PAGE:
Malta’s Capitals Old and New (Summer Sailing 2018)

I was excited to be in Malta! I had previously heard so many people express how beautiful the country was, and especially how stunning Valletta was. This was also a completely new destination for us – a new pin on the world map when we would get home.

We knew that there was a lot of ground to cover in Valletta, so we chose to book a tour with the ship. Sometimes, in a foreign city that has as many sights to see as this one, it can be easier to be ‘on a leash’, getting dragged to the good places by the expert locals. So we picked the tour, Malta’s Capitals Old and New. Once again, we were going to be whooshed back in time, and then shot forward to the present.

We started the morning off by driving to Mdina, which had an extensive history dating back to over 4000 years ago. Mdina served as Malta’s capital from antiquity to the medieval period, and was a good precursor to our afternoon trip into Valletta. It has been said to be one of Europe’s finest examples of ancient walled cities and extraordinary in its mix of medieval and baroque architecture.

Our tour guide mentioned that Mdina was also called ‘the Silent City’ because no cars (other than a limited number of residents, emergency vehicles, wedding cars and horses) are allowed in Mdina. This made it a great place to just roam around casually on foot.

Wandering around Mdina was like stepping into a fairy tale and suddenly transforming into the princess of the land. Everywhere you turned, there were passages to go down, medieval door knockers, golden arches, and picturesque balconies bearing flowers and plants of all kinds. And so of course, we had a bit of a photoshoot. We turned left at one crossroad, then right at another crossroad, not caring where we’d end up or where we were because we knew that it’d be beautiful regardless.

Before heading back to the bus, we got a great view of the fortifications in Bastion Square, and we marveled at the illustrious city that once stood strong so long ago.

And then, we were whisked off to Valletta, where we could instantly tell that everything was so different. The architecture, the shops, the feel of the place.

Our tour through the city would be a long walk, with our tour guide pointing out the different sights while giving us the background and history on it.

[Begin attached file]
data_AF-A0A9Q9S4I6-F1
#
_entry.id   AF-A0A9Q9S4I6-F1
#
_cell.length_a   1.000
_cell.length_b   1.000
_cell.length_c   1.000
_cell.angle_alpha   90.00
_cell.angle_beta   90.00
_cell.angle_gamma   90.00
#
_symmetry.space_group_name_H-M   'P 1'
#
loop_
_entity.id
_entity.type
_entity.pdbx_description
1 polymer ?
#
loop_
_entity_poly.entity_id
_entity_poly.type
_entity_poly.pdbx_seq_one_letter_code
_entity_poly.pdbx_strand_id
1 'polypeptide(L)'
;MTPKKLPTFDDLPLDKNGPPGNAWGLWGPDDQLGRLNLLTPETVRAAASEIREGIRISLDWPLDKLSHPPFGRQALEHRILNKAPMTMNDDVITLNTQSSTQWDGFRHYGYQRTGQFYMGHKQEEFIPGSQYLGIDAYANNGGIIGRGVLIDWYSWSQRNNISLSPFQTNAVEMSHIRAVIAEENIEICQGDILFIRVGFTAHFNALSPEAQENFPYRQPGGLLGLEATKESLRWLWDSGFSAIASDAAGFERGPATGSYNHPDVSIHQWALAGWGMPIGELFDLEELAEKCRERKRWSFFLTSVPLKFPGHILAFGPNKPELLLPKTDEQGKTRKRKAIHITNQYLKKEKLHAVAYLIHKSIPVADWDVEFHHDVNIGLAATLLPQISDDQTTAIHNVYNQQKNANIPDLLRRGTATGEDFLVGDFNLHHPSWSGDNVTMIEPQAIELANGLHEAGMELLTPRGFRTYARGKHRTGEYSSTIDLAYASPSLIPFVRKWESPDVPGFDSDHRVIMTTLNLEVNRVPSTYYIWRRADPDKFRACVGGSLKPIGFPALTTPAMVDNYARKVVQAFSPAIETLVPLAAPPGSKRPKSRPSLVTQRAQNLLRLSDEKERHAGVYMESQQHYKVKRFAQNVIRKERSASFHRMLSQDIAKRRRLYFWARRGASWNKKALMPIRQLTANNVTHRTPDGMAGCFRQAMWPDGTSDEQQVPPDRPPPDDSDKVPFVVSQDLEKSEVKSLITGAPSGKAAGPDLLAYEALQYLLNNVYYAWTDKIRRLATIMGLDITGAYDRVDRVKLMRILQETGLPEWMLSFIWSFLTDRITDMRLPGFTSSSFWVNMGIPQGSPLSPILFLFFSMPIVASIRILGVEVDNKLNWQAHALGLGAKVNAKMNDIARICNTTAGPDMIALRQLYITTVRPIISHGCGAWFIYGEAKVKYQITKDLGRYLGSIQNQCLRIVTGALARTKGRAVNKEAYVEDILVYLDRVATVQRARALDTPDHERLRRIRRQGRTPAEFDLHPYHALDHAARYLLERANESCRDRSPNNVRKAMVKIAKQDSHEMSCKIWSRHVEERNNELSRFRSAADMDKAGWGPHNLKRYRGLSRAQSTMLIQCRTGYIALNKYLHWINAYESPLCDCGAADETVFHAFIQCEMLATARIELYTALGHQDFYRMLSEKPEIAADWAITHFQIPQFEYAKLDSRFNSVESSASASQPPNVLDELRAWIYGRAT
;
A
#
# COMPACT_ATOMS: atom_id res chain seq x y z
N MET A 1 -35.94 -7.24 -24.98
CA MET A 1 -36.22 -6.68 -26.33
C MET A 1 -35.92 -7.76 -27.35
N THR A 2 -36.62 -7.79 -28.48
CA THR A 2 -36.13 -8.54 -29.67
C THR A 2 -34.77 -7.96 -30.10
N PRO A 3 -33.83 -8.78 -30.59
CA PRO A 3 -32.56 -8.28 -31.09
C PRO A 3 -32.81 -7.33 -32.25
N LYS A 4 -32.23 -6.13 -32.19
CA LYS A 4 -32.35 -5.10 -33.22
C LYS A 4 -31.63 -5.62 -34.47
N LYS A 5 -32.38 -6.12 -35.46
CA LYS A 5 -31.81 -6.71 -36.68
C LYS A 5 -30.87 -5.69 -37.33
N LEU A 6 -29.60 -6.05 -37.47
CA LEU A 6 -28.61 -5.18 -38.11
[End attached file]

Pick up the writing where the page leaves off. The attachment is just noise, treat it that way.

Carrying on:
We first passed the Triton Fountain, which was located just outside the Valletta city gates. It consists of three bronze Tritons holding up a huge basin, and the fountain is one of Malta’s most important Modernist landmarks.

Upon entering the city gates, we were greeted by the Parliament building of Valletta, which to be frank, looked like a cheese grater, according to the tour guide and many of the other locals. Its design, while looking silly, is actually very eco-friendly as the different architectural features help to block out the strong island sun.

Continuing our walk, we passed St. John’s Co-Cathedral, dedicated to Saint John the Baptist, and also St. Paul’s Shipwreck Church, which is one of Valletta’s oldest churches.

Our guided walk with the tour guide concluded with a look at the Grandmaster’s Palace. It was built between the 16th and 18th centuries as the palace of the Grand Master of the Order of St. John, who ruled Malta. It eventually became the Governor’s Palace and it currently houses the Office of the President of Malta.

We snapped a few photos and then our tour guide gave us a bit of a free time to wander, which was always my favourite part.

First thing on the list? A drink to cool ourselves off. This whole trip had been so humid, and whenever we could, we tried to stop and rest.

After our little recharge, we walked through narrow side streets, getting a good luck at some of the residential buildings, some of the local restaurants, and the little shops here and there. My favourite part of Valletta was the architecture of the buildings. They all had brightly coloured windows/balconies and positioned in the midst of a yellowish limestone city, they popped.

We kept wandering and wandering until we found our way to the waterfront.

It was the perfect time to be there because the sun was beginning to sit and the sky was lit orange, with a nice golden reflection on the surface of the water below. I always find it fascinating how we can be looking at the same sun back home, yet here, it feels like looking at a different star. For some odd reason, the sunset on the other side of the world just seems more grand. More memorable. We watched it sink lower and lower, until it dipped behind the buildings across from the bay. And for a moment, we stood still and quiet in the now darkened light, as if trying to hold onto that memory for as long as we could.

Valletta was a dreamy city, looking back. I can see why it received the title of the European Capital of Culture 2018. Its areas like these, with its big fountains, its towering city gates, and its walled cities, that make you forget you are truly on the same planet as you normally are. How can there be cities boasting sights like this and history like this when we’re living in suburbia back home? How can there be so much out there?

But I guess that is why we travel, right? To see these sights and keep getting surprised by how much we haven’t seen, and how much there is still left to see. To remind ourselves that there is so much world, and it is all ours to explore.

We headed back to the boat, tired after a long day in the sun and ready for a good night’s rest. Onto Gozo Island for a nice dip in the tepid waters of the Mediterranean! This will surely make up for the missed stop in Mykonos. See you there!


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